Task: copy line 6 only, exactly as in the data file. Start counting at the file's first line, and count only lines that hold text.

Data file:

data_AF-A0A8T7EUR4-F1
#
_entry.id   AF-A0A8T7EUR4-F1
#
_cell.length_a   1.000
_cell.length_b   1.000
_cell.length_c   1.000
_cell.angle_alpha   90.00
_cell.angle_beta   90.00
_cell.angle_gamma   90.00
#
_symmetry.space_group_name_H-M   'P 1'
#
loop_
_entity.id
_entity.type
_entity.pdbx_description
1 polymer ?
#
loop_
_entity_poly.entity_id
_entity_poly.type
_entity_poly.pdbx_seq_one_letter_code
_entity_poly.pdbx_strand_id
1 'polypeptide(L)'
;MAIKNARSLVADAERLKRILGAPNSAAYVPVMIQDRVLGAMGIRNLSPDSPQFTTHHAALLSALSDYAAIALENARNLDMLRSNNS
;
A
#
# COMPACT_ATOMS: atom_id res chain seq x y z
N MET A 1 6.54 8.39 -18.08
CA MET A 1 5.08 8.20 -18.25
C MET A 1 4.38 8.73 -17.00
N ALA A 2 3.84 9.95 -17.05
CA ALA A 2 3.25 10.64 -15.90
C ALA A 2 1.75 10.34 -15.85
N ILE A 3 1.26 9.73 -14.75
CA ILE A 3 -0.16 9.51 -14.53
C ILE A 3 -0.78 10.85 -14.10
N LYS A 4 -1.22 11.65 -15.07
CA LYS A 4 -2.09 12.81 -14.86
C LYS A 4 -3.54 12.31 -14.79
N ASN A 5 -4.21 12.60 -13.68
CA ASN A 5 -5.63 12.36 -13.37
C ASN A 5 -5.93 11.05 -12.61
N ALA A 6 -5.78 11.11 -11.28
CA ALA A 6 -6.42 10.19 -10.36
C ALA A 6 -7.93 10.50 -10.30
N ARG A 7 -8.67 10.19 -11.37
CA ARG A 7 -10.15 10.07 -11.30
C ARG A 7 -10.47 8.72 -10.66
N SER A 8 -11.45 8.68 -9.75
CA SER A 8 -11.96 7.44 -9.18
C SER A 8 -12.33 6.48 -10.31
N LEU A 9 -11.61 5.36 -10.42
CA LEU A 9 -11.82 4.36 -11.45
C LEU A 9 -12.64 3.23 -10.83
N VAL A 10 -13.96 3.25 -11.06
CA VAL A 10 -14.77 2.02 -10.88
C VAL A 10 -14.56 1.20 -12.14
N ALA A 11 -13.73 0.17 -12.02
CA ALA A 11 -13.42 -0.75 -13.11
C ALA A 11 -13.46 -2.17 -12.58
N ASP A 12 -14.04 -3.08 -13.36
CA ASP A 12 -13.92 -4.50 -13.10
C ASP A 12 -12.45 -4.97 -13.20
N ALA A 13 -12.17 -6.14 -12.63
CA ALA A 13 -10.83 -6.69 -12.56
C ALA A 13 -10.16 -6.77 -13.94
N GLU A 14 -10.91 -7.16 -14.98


_cell.length_b   1.000